Some interesting execution time tests, 101 vs. UNO

I was briefly considering the 101 for a pulse generator application and did some crude timing tests with the same code running on a 101 (Intel Curie, 32 MHz, core 1.0.5) and an UNO (Atmega 328, 16 MHz).

This is not a thorough or representative exploration, but the results might interest someone else. The procedures are as follows:

a. loop execution with 2 "if" conditionals and ~ 5 variable assignments b. all above plus a bare-bones (2-line) integer pseudorandom sequence generator c. all above plus a floating-point remapping that calls a logarithm, i.e. log()

Results in microseconds:

UNO: a=4, b=11, c=215 101: a=1, b=5, c=368

The surprising thing is the last entry; adjusting for clock rate, the 101 appears 3.4 x less efficient at the log() and associated conversions (other tests I've done confirm it's mostly the log). Neither processor has a FPU, so this sort of calculation should be avoided unless you really need it.

Please forgive the test code, it was just a hasty snip out of my project. I won't have the 101 much longer so I'm posting what I have in case it is useful for anyone else.

#define pulseOutPin     7
#define pulseBarOutPin  6
#define buffySize       512           // for buffer method
unsigned int buffy[buffySize];              // for buffer method
unsigned long tic = 0;
unsigned long toc = 0;
unsigned long toe = 0;
unsigned long standardSeed = 701;     // seed for standardRand()
unsigned long tauMean = 600;          // microseconds
long delayTime = tauMean;             // microseconds [NB: may go negative temporarily !]
unsigned int pulseWidth = 0;                  // microseconds
int fixedRate = 1 ;                   // mode switch
int b = 0;                            // diagnostic, limit serial writes inside loop()

void setup() {
  Serial.begin(115200);
  while(!Serial);
  Serial.println("req time"); Serial.print("\t");
  Serial.print("calc time");Serial.print("\t");
  Serial.println("elapsed total");

  digitalWrite(pulseOutPin, LOW);
  digitalWrite(pulseBarOutPin, HIGH);
  
  standardSeed = analogRead(A0);          // seed PRNG with open ADC noise
  tauMean = max(tauMean, pulseWidth);     // floor
  
  for (int k = 0; k < buffySize; k++) {     // fill buffer;
    buffy[k] = getExpRand(tauMean);
  }
} // end of setup()

void loop() {
  tic = micros();                         // mark time
//  digitalWrite(pulseOutPin, HIGH);
//  digitalWrite(pulseBarOutPin, LOW);
  delayMicroseconds(pulseWidth);
//  digitalWrite(pulseOutPin, HIGH);
//  digitalWrite(pulseBarOutPin, LOW);
//  //
  if (fixedRate != 0) {                   // constant pulse interval
    delayTime = tauMean ;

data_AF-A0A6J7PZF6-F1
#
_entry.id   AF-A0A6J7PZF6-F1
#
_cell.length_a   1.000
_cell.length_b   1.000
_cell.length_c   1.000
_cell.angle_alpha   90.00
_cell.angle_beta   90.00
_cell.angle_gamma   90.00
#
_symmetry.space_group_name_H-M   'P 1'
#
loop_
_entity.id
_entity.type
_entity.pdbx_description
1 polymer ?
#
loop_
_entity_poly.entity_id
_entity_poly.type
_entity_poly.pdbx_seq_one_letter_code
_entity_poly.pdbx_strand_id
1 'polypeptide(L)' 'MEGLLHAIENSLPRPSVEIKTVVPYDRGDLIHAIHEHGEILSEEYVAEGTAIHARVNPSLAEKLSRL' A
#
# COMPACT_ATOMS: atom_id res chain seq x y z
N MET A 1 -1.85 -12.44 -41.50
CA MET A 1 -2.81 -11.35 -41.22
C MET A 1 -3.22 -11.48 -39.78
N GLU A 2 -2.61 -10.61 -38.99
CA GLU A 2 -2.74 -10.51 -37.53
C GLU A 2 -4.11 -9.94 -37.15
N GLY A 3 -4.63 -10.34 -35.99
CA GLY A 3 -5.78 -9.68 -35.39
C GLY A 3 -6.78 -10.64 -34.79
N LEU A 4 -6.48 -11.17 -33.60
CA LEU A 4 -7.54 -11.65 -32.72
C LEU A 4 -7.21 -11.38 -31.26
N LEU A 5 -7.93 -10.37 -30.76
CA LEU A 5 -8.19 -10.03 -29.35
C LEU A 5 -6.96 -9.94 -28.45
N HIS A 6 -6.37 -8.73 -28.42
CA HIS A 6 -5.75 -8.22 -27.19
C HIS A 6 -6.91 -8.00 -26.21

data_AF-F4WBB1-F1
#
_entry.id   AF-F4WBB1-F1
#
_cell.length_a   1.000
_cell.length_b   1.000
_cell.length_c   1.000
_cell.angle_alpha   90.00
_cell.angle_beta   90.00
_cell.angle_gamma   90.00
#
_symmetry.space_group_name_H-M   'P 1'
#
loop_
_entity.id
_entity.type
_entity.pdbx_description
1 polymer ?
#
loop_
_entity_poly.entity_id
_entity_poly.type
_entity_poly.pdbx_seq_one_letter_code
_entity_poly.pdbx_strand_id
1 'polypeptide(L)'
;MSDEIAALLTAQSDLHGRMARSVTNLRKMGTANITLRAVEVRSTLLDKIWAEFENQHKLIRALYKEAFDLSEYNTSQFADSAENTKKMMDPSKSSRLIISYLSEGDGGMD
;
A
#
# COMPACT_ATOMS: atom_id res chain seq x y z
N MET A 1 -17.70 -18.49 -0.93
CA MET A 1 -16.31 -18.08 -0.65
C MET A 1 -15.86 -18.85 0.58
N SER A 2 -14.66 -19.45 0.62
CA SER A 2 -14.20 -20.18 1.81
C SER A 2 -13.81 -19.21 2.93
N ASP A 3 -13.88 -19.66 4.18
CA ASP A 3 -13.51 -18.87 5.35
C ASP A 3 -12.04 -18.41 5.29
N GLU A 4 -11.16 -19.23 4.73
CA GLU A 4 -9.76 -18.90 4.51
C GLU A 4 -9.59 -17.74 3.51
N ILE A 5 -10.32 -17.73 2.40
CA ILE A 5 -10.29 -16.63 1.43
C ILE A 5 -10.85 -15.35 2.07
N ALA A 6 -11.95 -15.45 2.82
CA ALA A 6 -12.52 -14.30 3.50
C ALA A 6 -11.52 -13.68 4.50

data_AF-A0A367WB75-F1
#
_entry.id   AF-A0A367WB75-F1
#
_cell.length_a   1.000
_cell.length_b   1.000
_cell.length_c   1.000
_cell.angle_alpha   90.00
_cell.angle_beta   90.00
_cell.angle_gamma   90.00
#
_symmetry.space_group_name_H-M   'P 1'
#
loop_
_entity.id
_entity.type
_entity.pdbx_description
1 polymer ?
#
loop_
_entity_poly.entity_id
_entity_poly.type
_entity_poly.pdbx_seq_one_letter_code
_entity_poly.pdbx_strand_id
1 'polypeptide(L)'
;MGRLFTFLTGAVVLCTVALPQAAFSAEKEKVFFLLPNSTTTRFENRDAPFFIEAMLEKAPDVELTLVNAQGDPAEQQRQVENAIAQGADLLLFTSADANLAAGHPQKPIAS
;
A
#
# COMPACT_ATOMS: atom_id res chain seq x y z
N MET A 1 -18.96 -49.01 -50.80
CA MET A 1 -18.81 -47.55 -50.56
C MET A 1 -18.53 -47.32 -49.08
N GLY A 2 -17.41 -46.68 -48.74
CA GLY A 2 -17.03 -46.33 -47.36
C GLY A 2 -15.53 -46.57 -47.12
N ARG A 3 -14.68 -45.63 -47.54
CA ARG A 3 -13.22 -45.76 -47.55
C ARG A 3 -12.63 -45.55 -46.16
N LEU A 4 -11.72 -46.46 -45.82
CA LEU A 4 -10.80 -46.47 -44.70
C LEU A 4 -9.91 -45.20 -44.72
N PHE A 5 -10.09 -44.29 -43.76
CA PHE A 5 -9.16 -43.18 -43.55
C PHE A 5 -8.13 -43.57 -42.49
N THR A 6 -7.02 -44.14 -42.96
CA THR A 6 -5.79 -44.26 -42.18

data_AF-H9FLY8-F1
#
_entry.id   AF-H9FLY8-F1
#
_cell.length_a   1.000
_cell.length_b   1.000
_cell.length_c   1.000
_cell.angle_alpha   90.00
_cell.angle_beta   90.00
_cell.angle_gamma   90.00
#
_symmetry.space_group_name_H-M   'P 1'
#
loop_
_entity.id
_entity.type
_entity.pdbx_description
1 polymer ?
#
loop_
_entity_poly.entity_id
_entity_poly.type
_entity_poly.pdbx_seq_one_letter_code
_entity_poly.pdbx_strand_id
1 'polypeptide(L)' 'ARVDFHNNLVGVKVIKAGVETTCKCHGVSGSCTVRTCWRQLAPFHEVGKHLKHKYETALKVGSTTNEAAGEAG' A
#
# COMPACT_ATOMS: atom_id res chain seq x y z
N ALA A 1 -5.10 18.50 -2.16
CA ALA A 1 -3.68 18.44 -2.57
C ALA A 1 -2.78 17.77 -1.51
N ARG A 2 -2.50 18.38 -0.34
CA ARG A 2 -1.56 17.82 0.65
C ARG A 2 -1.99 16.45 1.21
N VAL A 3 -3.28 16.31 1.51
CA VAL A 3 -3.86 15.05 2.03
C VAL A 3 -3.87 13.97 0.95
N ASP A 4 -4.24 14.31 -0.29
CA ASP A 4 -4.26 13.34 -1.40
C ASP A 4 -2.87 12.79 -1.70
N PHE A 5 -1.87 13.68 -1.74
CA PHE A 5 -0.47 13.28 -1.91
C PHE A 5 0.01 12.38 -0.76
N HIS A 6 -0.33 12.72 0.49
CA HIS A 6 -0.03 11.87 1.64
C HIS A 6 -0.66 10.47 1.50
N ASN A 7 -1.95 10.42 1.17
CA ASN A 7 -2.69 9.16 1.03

} 
  else {
    if (tauMean > 701) {
      //  generate-on-the-fly method
      float sample = standardRand() * 3.0517578e-05;  // uniform long int mapped to float in [0,1)
      sample =  tauMean * (-log(1.0 - sample));       // uniform to exponential PDF
      delayTime = (long) sample;               // desired interval to next pulse start
    }
    else {
      //  scramble-the-preloaded-buffer method
      int j = standardRand() % buffySize;           // random pointer in [0 , buffySize)
      delayTime = buffy[j];                    // desired interval to next pulse start
    }
  }
    //  calculate time to next pulse start
    toc = micros() - tic;                   // elapsed time from last pulse start
//    delayTime = delayTime - toc;            // deduct from desired  (RESULT MAY BE NEGATIVE!)
    delayTime = max(delayTime, 0);          // floor at zero delay
    if (delayTime > 999 ) {
      delay(delayTime / 1000);                  //
    }
    delayMicroseconds(delayTime % 1000) ;   // delay remaining microseconds
  //  diagnostics
  toe = micros() - tic;
  if (b < 1000) {
    b++;
    Serial.print(delayTime); Serial.print("\t");
    Serial.print(toc); Serial.print("\t");   // microsec
    Serial.println(float(toe/1000.), 3); Serial.print("\t");         // calc exec + pulse time
    delay(1);
  }

} // end of loop()

unsigned int standardRand() {
  /*
     basic PRNG as supposedly used in C "rand()" function
     from Kernighan & Ritchie, 2nd ed., p.43
  */
  standardSeed = standardSeed * 1103515245 + 12345;
  return (unsigned int)(standardSeed / 65536) % 32768;
} // end of standardRand()

unsigned int getExpRand(unsigned long distMean) {
  /*
    generate exponentially-distributed random number with specified mean
  */
  float samp = standardRand() * 3.0517578e-05;  //  uniform dist, int mapped to float in [0,1)
  samp =  distMean * (-log(1.0 - samp));   // exp dist with mean = distMean
  return (unsigned int) samp;
} // end of getExpRand()

The only thing I would probably change is the use of DELAY as everyone knows it is a BLOCKING function.

There are non blocking methods for delays which may alter your results.